Within the NI business community reaction to the concept of the living wage was hesitant at one end of the spectrum and alarmist at the other.
In an economy where income levels are lower than other regions of the UK, the notion was greeted with horror by the independent retail lobby group NIIRTA.
“The introduction of a compulsory ‘living wage’ will have a devastating impact on independent retailers in Northern Ireland,” said chief executive Glyn Roberts.
“This will lead to retailers having to reduce staff hours, work more hours in their business and ultimately cancel their investment plans.”
To introduce such a measure with no consultation, he said, undermined the independent Low Pay Commission and was a “reckless” way to impose a massive burden on small businesses.
“NIIRTA has concerns that the proposed increase in the Employment Allowance to £3,000, which is positive, for independent retailers, is unlikely to fully off-set the increase in costs brought by the new over 25s National Living Wage rate.”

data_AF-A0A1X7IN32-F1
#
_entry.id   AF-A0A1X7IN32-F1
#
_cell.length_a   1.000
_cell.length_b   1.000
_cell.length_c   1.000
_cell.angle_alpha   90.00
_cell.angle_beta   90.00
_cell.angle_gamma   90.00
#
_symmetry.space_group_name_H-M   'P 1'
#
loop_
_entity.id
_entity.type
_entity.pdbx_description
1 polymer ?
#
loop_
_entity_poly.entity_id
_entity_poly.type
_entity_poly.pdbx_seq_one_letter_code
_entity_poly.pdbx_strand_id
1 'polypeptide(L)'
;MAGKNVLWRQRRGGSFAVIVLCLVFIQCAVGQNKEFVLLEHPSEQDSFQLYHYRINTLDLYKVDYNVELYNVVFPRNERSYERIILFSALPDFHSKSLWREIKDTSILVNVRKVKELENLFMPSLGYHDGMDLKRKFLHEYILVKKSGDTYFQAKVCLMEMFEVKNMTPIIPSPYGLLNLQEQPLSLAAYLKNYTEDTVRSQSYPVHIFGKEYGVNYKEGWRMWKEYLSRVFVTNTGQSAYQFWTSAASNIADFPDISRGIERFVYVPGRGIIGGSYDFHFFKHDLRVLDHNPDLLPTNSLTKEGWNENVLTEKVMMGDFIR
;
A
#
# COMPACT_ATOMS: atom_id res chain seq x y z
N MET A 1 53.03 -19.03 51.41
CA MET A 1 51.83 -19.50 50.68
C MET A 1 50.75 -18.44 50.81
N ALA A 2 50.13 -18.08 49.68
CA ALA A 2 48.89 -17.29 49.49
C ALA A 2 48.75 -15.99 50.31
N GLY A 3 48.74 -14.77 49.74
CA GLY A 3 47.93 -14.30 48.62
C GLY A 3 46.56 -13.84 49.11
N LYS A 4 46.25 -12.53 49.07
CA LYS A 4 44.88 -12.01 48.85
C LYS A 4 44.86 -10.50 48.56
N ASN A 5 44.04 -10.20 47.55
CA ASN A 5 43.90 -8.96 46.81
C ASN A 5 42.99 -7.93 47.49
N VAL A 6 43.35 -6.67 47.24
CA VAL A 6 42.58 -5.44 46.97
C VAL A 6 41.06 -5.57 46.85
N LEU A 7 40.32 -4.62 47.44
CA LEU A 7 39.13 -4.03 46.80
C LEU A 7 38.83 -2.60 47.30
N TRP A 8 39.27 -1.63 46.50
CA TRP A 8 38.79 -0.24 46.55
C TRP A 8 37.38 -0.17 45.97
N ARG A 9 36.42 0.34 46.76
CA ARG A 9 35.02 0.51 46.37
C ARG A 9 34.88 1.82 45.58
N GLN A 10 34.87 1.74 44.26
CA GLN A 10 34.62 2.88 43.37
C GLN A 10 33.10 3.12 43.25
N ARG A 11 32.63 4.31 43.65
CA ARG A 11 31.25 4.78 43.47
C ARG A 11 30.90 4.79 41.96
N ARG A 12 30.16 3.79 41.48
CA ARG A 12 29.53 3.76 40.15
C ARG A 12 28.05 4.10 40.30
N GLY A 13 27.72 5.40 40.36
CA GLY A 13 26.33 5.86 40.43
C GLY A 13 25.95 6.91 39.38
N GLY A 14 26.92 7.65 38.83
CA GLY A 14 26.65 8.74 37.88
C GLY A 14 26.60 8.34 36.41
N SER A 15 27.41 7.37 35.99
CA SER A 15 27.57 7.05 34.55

For the CBI, Northern Ireland director Nigel Smyth said the introduction of a living wage of £7.20 next April, some seven per cent higher than the national minimum wage, would be of concern to many businesses, and would impact on job creation.
“The CBI supports a higher skilled, higher value, and higher wage economy, but legislating for a living wage does not reflect businesses’ ability to pay,” he said.
“This is taking a big gamble that the labour market can absorb year-on-year increases of an average of six per cent.”
Ann McGregor, the chief executive of the Northern Ireland Chamber of Commerce and Industry, described the Chancellor’s Budget pronouncement on the living wage as “dramatic”.
“However, most NI Chamber member companies already pay their staff at or above the living wage.
“They will want assurances, however, that moves to create a National Living Wage follow an evidence-based approach, and minimise impacts on smaller firms, for whom adjustment will be harder.”